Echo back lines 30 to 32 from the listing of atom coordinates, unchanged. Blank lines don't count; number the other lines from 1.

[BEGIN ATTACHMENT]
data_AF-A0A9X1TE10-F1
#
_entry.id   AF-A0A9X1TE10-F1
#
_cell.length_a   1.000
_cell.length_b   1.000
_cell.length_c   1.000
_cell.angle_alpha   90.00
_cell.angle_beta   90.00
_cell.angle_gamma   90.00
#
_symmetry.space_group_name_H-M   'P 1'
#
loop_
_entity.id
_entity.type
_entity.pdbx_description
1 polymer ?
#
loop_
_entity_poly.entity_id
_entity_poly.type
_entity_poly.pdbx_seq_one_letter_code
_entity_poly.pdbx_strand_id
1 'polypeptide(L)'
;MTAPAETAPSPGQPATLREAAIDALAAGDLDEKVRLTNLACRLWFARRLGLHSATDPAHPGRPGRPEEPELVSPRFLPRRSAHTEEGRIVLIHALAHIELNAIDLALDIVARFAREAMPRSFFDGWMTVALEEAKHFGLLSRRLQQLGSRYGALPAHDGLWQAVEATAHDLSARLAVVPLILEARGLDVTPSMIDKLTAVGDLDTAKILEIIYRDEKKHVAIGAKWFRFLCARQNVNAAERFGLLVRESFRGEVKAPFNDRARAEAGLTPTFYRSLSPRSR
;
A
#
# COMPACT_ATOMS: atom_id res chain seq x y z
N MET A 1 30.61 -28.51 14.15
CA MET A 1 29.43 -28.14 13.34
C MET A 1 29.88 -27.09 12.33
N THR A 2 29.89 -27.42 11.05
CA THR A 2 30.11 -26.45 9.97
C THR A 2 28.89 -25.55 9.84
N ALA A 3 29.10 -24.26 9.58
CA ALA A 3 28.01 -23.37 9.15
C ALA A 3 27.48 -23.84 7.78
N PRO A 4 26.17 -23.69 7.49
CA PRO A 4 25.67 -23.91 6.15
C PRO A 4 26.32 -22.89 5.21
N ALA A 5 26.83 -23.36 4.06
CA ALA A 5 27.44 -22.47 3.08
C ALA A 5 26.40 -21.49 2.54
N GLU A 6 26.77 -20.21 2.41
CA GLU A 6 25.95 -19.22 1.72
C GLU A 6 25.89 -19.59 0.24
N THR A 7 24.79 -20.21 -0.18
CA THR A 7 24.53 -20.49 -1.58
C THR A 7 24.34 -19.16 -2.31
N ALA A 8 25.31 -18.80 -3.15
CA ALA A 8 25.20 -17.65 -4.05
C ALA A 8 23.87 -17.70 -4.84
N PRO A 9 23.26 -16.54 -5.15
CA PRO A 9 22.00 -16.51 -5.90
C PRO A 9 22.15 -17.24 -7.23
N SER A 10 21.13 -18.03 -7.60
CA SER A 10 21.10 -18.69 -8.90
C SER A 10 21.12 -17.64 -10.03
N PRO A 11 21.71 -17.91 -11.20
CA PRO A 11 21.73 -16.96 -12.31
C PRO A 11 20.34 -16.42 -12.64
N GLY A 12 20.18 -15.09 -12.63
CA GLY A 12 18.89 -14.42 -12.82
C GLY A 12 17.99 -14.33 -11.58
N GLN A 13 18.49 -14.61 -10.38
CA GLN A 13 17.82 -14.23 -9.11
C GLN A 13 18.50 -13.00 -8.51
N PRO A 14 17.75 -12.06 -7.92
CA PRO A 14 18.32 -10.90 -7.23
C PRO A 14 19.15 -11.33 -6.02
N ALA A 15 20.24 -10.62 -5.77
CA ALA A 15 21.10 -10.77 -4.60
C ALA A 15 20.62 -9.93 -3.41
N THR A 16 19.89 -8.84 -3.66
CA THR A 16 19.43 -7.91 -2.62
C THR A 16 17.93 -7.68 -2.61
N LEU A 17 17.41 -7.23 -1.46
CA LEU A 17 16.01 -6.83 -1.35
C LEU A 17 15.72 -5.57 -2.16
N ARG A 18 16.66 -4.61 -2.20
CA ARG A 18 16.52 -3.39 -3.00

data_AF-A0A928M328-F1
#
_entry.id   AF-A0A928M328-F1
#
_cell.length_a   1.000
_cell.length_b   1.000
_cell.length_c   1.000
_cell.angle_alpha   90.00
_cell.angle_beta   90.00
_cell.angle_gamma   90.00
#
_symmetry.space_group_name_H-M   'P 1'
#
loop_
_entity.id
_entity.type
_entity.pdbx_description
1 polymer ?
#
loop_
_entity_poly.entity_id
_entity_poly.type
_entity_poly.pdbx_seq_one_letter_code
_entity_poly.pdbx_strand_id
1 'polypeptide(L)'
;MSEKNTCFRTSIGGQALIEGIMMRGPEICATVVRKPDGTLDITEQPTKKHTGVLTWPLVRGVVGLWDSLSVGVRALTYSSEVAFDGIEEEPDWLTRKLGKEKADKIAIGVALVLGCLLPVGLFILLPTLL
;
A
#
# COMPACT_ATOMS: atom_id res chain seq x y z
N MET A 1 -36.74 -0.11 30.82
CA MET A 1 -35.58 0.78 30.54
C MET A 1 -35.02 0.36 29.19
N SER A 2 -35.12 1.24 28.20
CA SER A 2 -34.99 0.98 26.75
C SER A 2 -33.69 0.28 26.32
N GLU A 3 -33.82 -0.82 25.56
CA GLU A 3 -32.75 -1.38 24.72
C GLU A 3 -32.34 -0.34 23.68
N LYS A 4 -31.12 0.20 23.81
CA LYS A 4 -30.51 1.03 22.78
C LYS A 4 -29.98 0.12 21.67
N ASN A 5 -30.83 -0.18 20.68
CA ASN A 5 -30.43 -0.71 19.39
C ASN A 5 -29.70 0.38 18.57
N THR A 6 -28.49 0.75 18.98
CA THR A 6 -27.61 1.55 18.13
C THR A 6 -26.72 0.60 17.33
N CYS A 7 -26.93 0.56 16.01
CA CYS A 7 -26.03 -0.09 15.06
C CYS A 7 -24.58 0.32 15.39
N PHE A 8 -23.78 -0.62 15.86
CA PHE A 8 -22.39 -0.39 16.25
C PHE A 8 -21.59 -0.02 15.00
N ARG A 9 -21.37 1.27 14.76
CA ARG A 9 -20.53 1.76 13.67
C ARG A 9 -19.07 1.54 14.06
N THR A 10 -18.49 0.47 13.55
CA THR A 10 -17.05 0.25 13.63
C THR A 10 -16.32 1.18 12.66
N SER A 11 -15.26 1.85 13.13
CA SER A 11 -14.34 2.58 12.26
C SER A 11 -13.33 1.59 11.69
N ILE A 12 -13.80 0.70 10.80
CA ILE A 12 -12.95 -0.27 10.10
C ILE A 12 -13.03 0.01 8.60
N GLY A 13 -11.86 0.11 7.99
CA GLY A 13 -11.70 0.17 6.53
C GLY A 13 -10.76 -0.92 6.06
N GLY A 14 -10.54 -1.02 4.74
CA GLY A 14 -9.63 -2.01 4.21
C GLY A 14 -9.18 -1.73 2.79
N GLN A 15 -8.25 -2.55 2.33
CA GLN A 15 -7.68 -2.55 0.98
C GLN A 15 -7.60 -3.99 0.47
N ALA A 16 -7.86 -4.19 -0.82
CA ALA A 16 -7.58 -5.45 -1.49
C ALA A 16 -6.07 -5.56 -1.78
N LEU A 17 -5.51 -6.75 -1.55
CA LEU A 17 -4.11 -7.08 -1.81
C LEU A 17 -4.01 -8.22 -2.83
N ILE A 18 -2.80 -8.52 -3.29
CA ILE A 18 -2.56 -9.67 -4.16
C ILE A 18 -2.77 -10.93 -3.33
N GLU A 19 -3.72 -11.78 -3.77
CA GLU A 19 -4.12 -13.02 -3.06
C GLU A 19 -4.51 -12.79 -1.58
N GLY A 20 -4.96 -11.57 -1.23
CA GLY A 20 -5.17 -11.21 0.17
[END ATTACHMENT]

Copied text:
# COMPACT_ATOMS: atom_id res chain seq x y z
N MET A 1 30.61 -28.51 14.15
CA MET A 1 29.43 -28.14 13.34